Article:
Q. What are Steve Pollock's five 'best practice' deployment considerations that you could share with our readers?

  1. Understand why people are calling.  This information is critical to identify necessary and accurate content.
  2. Understand caller preference and skill.  Remember there is a difference between a power user and an occasional caller and allow direct dialogue and natural language routing.  Be able to quickly accelerate someone to an agent when necessary.
  3. Caller in control.  There are two parts to caller in control.  One is allowing the caller to opt-in to automation vs. waiting for a live agent.  Another is the set of consistent global voice commands, like wait, pause, go back, repeat, and next, that allow the caller to navigate through the system.  If you're asking for data that the caller doesn't have in hand, allow the caller to say "wait" while they get their credit card, so they don't hang up and call back.  Also if you're providing the caller with data they need to write down, they may need to pause to capture that.  These features are often what keep a caller from zeroing out to an agent, creating a better and more successful caller experience and increasing adoption rates.
  4. Plan for application updates.  When comparing competitive bids or products, it's important to look past the upfront costs of building a speech application.  If you look at the total lifecycle cost of the application, you may spend more maintaining the application than building it.  If your company's products or business practices are relatively static, that might not be a big deal.  But if your business is changing and dynamic, possibly acquiring other companies or changing product lines, there may be a lot of work involved in updating and maintaining the system.  Like a Web site, speech applications will change and grow over time.  It's key to ensure that updates are quick, easy and cost-effective.  Also, if you're looking to do the work in-house, be sure to understand the tools provided and skills required to maintain your applications.
  5. Plan for extending automation.  Once you've deployed your initial speech applications, callers will quickly adopt automation and request more features.  Not only do you need to plan to maintain the current applications, but also to extend the applications to maximize automation.   It's also important for your speech application to integrate with live agents.  So, if a caller is able to partially complete their call through the system, but then needs an agent, that transition should be seamless.  You've got to plan for a mechanism to bridge that experience using CTI technology while providing a great caller experience.  With applications that are quick to develop and easy to deploy and maintain, expanding automation will increase customer satisfaction and improve the bottom line.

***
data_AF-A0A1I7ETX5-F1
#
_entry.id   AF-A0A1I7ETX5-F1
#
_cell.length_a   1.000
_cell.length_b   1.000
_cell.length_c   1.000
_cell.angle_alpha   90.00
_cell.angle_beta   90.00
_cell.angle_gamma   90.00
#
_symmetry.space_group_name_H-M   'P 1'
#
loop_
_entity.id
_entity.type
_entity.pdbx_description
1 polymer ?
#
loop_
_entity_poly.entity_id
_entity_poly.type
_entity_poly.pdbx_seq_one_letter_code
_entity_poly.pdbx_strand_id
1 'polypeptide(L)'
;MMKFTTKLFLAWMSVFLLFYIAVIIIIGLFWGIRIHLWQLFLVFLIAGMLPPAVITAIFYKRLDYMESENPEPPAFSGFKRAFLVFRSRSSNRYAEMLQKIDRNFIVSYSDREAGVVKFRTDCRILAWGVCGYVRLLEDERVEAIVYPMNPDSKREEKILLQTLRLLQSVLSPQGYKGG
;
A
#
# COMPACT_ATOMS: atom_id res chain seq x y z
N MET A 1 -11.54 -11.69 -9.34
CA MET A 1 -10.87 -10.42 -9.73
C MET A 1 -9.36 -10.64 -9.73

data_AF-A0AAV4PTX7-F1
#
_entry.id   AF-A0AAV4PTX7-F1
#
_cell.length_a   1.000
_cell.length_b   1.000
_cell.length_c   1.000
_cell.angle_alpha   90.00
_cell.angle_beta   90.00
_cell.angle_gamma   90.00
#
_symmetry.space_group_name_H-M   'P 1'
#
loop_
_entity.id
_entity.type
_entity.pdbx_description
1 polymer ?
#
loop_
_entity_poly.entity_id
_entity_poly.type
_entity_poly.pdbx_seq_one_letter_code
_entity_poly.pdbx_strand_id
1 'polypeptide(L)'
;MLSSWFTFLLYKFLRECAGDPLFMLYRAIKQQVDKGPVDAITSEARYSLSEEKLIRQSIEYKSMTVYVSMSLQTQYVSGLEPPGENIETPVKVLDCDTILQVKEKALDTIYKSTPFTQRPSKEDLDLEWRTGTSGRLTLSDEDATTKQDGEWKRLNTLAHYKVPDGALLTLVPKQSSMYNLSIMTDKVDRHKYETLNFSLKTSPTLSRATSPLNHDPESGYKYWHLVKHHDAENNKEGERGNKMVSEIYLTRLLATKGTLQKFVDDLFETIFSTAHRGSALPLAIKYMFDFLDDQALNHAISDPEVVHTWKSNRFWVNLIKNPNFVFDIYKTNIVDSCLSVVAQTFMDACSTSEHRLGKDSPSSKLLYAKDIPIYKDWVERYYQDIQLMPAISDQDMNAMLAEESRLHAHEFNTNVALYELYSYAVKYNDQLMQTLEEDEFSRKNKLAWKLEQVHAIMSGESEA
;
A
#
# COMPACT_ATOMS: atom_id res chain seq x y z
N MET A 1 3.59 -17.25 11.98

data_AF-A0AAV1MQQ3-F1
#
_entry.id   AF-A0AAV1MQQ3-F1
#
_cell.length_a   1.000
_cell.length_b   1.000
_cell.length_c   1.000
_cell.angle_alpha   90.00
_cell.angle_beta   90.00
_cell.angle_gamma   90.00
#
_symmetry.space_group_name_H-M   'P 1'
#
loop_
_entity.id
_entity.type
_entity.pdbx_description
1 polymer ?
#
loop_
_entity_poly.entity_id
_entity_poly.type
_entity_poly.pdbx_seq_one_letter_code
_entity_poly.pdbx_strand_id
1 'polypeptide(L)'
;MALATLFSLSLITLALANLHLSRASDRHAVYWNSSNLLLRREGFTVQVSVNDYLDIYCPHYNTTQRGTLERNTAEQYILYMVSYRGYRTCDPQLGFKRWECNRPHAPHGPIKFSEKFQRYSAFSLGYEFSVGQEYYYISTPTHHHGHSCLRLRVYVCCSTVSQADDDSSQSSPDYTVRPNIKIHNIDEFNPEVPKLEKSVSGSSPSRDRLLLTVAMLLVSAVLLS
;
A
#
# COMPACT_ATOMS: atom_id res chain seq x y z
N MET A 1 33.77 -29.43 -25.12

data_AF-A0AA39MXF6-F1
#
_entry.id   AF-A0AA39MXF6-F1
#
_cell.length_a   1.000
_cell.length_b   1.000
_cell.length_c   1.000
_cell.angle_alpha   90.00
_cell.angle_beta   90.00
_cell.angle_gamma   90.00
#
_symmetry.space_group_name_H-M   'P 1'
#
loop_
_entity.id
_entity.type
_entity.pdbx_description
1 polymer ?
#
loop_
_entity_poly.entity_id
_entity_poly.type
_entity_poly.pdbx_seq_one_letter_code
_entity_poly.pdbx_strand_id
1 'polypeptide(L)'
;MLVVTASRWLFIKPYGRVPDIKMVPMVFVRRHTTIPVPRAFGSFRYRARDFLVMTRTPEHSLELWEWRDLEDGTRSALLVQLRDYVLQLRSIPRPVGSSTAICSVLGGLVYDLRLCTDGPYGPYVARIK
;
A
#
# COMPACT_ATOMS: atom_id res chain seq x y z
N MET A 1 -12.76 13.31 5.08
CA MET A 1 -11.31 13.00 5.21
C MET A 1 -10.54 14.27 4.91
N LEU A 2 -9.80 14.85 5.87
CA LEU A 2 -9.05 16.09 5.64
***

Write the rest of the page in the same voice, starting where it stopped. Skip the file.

Q. Who do you consider your competitors and what differentiates you from your competition?
A. Our biggest competitor is custom-built applications done either by a vendor's professional services group or by internal IT groups.  This is a pretty classic phase of an enterprise software market, so that's to be expected.  Companies are trying to figure out, given the VXML standard, why can't write the apps ourselves?  To me, this is no different from the way companies address their Web sites.  While HTML standardizes the GUI, VXML standardizes the What has emerged in the (after all, they're just HTML, right?).  Early HTML apps were written from scratch.  However, today, if you're building an enterprise-class Web site, the more common approach is to use a complete enterprise application (complete with content management capabilities, workflow, pre-built components), or a set of high level tools and pre-built components - like shopping carts, product viewers, search, cross-sell.  The same evolution is happening in the voice applications market, but accelerated dramatically.